Player A (The Server). The server’s main jobs are to hit the first serve in
and at the opponent’s backhand. Then to one-two-three, check with your
feet, and punch the first volley away from player D. Most any ball that is a put away should be handled by player B, becoming the “two” of your one-
two play. The server should follow the first, or transitional, volley to the net in tandem with player B. The next shot could be the put away.
Player B (The Server’s Partner). The theory of doubles holds that the
serve is stronger than the rest of the game and will cause an error or a
floater to the middle of the court. It is B’s job to think middle and to cash in
on the 6–1 ratio: Points won in the middle, compared to those lost down
the alley, set up by the serve. Many times this player will become a
figure 3

“shrinking violet” after a few misses and simply freeze in his spot. This is a
cardinal error and B must learn to keep coming in spite of even bad
errors. I encourage my B players to watch A until mid-serve then turn and
go to the middle as soon as they hear the ball hit by their serving partner.
A more conservative thing to do would be, when they turn and see the
serve actually hit in the backhand corner, where it is most apt to create
the desired “floater.” An even safer time to move is when they see the
receiver tilt the racquet to the backhand side, thus committing himself to
his weaker shot. B may make the play much more aggressive by the use of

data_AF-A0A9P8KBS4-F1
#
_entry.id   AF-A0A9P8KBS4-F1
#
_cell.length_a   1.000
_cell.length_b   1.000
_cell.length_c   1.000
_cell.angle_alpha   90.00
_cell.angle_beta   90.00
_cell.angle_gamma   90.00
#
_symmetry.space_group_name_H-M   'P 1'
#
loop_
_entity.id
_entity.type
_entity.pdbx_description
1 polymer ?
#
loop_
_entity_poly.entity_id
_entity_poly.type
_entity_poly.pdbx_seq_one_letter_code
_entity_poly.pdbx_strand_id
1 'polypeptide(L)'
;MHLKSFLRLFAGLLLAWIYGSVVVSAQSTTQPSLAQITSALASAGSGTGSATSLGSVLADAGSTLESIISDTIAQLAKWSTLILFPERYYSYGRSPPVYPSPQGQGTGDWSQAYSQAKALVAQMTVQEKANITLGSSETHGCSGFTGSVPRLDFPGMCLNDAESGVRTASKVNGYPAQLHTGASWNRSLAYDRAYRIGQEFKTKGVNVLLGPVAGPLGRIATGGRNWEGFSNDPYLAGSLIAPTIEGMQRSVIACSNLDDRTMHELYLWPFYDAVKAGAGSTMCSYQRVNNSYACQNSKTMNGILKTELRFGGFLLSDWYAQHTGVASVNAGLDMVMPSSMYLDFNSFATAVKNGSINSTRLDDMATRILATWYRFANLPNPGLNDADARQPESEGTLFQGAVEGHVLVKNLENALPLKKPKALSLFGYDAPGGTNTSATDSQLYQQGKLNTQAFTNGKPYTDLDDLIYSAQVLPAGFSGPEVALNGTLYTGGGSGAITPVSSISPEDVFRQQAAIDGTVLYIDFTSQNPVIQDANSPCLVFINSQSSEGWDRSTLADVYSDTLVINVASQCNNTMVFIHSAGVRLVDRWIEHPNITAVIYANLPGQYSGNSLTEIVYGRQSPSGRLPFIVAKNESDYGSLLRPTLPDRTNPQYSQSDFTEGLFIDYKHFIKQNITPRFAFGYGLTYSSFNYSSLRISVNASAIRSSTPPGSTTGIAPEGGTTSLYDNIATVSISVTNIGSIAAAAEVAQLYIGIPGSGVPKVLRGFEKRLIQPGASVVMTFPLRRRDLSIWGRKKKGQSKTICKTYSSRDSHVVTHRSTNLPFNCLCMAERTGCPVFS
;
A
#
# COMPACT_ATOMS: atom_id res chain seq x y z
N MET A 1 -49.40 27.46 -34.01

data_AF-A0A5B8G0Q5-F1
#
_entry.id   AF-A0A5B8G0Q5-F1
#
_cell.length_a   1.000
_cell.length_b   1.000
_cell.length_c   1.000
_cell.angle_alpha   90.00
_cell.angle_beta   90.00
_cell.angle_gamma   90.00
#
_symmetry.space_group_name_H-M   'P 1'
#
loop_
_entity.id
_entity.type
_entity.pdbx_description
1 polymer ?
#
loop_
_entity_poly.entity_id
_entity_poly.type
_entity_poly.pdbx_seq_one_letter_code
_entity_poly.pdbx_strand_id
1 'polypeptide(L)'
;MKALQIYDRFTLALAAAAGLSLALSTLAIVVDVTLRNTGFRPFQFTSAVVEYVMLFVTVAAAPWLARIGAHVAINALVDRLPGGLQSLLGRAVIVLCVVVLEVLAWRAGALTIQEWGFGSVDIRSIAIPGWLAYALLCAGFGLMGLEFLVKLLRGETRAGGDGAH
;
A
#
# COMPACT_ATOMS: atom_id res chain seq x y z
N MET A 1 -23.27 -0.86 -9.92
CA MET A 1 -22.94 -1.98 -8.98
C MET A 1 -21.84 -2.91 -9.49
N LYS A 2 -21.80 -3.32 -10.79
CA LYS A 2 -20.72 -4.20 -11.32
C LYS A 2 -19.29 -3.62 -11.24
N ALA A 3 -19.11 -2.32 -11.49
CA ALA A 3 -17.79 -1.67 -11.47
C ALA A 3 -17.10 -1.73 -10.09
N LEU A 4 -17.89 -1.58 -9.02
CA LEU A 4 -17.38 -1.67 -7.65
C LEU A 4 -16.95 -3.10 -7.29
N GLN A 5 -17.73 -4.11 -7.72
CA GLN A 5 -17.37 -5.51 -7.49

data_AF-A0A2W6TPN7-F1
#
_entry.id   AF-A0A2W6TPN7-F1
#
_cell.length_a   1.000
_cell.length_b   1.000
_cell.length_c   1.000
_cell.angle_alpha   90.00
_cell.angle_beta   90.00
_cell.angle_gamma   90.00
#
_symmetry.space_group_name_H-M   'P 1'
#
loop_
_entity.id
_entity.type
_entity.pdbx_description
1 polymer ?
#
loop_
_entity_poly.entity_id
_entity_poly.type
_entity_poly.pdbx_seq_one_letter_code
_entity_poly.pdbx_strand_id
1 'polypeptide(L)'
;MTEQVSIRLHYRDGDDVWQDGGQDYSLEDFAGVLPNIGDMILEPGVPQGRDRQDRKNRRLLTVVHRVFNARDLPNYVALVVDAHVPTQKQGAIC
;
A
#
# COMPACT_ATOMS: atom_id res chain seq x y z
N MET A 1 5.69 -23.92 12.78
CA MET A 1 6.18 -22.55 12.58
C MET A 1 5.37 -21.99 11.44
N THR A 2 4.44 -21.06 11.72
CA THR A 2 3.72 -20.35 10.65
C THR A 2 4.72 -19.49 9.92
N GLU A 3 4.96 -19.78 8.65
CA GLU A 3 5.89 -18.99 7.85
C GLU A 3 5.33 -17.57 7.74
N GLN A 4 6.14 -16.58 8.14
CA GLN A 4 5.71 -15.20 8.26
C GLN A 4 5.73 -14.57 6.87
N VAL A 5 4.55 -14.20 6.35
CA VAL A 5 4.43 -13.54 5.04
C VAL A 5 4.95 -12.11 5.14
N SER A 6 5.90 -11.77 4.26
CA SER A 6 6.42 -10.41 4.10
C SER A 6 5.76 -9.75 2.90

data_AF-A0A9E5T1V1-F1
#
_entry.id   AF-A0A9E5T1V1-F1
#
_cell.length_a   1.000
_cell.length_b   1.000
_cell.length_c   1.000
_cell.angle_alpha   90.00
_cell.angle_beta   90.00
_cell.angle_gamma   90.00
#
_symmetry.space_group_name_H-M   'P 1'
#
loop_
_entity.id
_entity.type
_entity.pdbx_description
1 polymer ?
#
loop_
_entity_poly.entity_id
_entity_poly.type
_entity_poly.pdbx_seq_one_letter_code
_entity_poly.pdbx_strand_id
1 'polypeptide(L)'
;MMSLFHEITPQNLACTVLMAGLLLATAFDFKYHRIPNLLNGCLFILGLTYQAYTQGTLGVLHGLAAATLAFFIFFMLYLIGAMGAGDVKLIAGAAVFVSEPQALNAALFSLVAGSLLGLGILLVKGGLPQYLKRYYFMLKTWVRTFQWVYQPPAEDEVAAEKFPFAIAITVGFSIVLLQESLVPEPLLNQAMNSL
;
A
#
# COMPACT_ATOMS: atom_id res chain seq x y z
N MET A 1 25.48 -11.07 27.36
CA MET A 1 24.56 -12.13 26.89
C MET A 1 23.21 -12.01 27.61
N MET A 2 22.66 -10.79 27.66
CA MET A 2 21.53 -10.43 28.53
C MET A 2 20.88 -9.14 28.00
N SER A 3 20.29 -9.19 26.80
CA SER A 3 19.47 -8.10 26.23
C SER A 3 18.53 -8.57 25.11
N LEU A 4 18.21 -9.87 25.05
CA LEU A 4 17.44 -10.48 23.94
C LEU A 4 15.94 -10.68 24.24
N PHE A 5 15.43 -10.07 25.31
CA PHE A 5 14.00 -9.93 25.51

signals that commit him to the 100 percent poach. Doubles teams must
pre-ordain whether they will operate on signals or instinct, with equal
arguments for both schools of thought. It is wise policy for doubles teams
to understand that an instinct mover may back off an extremely good or
low return and allow the server to handle this ball from a deeper, more
solid position. Most often, however, the serving team is geared toward
the “boom-boom” or one-two set up by the serve.
Player C (The Receiver). The serving team has the odds in their favor in
terms of the one-two play. Yet many receiving teams fail to understand
that a good return can turn defense into offense, or a “boom-boom” for the
receivers. If 90 percent of serves in doubles are directed at the backhand,
it is incumbent on doubles aspirants to develop great backhand returns.
Perhaps this is the skill that most determines doubles success. While
topspin is the order of the day in singles, the underspin backhand return in
doubles is the fundamental shot. It should be aimed at the “short corner”
(or where the side service lines interact), and its function is to cause the
server to hit his first volley up. Well hit, this shot will create a one-two play
in which D of the receiving team moves in to volley in between A and B
(just as he does for the serving team). One of the secondary possibilities
C has is to lob great services. A deftly placed lob, aimed over B’s head, can
take the one-two away from the server. This shot is a fundamental shot in
doubles and can take the sting out of big serves and fickle momentum in
favor of the receivers. Of course, if there is a service weakness (particularly
on second serves) the receiver may effectively knock the blazes out of
this weak shot for a one-shot winner. These three options: Underspin
backhand, lob over B, or hammer the weak serve give player C his
assignment. Also, C must freeze B with some shots down the alley. While
the odds are against this risky shot, it must be employed to keep B honest.
A good rule for C is the more the net player (B) bothers you, the more you
hit at that player.
Player D (The Receiver’s Partner). Just as B is looking for a one-two
approach to end the point, D’s intentions are to use his partner’s return to set up his own “two” performance. He must, however, respect the power
of the service and establish himself at mid-court in contrast to B, who is
already at the net. From here, he must execute several unique techniques.
First, he becomes an on-court linesman who aids a receiver faced with a
tough return. Second, he assays the quality of his partner’s return. If the